Article 370 case cannot be reduced to an ’emotive majoritarian interpretation’ of the Constitution, SC told
Senior advocate Kapil Sibal, in his rejoinder arguments before the Constitution Bench hearing pleas against abrogation of Article 370, on Monday pleaded that there cannot be an “emotive majoritarian interpretation” of the Constitution and the matter requires an interpretation based on “read the text, understand the context, and interpret Article 370”.
New Delhi: Senior advocate Kapil Sibal, in his rejoinder arguments before the Constitution Bench hearing pleas against abrogation of Article 370, on Monday pleaded that there cannot be an “emotive majoritarian interpretation” of the Constitution and the matter requires an interpretation based on “read the text, understand the context, and interpret Article 370”.
“All residents in J&K are citizens of India. They are as much a part of India as anybody else. If historically, there is an Article of the Constitution which gives them rights, they are entitled to defend it as a matter of law,” Sibal said.
He argued that the Constitution of J&K, like no other princely state in India, was drafted after 1950.
In an earlier hearing, Solicitor General Tushar Mehta had questioned the argument raised by the petitioners that J&K was the only state that had its own constitution in 1939 and therefore, should get a special treatment.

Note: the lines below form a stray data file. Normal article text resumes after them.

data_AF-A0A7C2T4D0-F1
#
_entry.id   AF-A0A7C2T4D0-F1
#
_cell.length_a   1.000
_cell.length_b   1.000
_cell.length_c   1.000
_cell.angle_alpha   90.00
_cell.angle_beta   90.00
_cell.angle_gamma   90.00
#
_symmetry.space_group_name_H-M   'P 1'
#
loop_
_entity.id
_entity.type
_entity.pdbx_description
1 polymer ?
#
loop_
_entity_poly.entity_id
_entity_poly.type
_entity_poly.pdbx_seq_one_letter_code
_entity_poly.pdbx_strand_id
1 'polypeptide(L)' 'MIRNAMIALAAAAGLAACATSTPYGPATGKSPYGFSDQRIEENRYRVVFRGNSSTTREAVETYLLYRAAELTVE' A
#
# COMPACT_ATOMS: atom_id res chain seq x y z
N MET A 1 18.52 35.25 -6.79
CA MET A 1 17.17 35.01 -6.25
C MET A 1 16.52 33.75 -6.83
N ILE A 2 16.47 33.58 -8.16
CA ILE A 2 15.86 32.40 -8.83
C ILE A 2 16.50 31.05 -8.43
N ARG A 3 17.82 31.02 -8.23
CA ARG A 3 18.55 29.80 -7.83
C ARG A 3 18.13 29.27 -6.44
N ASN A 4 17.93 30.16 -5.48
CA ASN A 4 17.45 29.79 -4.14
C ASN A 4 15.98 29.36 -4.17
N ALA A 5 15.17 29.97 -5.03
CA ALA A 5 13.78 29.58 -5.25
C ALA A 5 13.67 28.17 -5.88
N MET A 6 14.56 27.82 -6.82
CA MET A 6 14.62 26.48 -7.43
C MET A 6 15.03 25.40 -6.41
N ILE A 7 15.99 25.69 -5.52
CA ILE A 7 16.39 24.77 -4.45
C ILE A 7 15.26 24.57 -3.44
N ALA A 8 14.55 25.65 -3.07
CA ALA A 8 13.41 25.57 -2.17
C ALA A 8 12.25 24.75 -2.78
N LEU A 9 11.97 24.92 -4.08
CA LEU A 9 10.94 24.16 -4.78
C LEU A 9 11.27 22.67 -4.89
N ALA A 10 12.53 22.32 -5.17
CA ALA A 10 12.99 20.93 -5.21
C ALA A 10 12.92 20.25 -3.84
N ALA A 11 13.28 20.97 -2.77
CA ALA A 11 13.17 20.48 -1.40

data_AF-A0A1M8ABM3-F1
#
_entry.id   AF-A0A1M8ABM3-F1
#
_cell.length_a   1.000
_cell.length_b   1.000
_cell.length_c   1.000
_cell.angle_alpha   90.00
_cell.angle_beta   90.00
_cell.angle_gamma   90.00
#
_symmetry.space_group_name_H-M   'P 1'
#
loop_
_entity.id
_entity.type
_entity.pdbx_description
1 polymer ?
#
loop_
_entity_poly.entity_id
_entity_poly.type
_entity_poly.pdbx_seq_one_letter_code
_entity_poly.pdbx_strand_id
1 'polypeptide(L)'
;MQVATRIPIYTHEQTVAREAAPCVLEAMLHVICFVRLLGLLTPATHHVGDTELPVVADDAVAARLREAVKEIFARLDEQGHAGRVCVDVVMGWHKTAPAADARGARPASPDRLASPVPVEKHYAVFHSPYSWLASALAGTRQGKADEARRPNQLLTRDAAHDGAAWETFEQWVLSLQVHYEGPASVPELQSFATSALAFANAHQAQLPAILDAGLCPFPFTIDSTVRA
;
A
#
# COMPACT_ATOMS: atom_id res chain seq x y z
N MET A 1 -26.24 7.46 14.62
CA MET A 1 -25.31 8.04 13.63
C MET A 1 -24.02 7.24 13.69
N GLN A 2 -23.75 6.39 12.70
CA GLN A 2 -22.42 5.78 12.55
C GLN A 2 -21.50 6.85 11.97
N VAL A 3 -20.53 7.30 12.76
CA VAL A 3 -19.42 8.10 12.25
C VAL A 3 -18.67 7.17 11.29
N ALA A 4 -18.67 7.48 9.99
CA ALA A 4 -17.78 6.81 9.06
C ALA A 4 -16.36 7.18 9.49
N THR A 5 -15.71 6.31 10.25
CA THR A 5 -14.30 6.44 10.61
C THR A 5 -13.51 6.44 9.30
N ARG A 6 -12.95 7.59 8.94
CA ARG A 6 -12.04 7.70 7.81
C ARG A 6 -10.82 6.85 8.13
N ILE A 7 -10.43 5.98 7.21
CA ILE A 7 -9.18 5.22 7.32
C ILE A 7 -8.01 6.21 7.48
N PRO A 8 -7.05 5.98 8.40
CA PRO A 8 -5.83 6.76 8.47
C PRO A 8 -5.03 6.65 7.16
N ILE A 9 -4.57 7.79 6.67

He had said that this argument is “factually not well founded” and there were 62 states that were having their own Constitutions – whether named as Constitution or instrument of internal governance, adding that another 286 states were in the process of framing their constitutions in the late 1930s.
Earlier in the day, Additional Solicitor General K.M. Natraj contended that Article 370 is the only provision in the Constitution which has a self-destruction mechanism. He said that the continued application of Article 370 opposed the doctrine of basic structure.
He Centre argued before the Constitution Bench that the powers of the President under Article 370 are “plenary” in nature and such extraordinary powers should not be read with any limitations.
Senior advocate Mahesh Jethmalani, appearing for intervenors, referred to the preamble of the Constitution and said that the Constitution of J&K did not contain the term “sovereign”, reflecting the Union’s sovereignty over the state.
He argued that the ultimate legal sovereignty rests with the Union of India, adding that all Constitutional Orders issued by the President from the beginning used the term “Constituent Assembly” and “Legislative Assembly” interchangeably.
Meanwhile, the CJI D.Y. Chandrachud-led Constitution Bench asked National Conference leader Mohammad Akbar Lone, who is one of one of the main petitioners in the batch of pleas filed against abrogation of Article 370 and had reportedly raised “Pakistan Zindabad” slogans in the state Assembly, to file a short affidavit affirming that Jammu and Kashmir is an integral part of India and he abides by and owes allegiance to the Constitution.
The 5-judge Constitution Bench,also comprising Justices Sanjay Kishan Kaul, Sanjiv Khanna, B.R. Gavai, and Surya Kant, is hearing a clutch of petitions challenging the 2019 Presidential Order taking away the special status accorded to the erstwhile state of Jammu and Kashmir and its bifurcation into two Union Territories.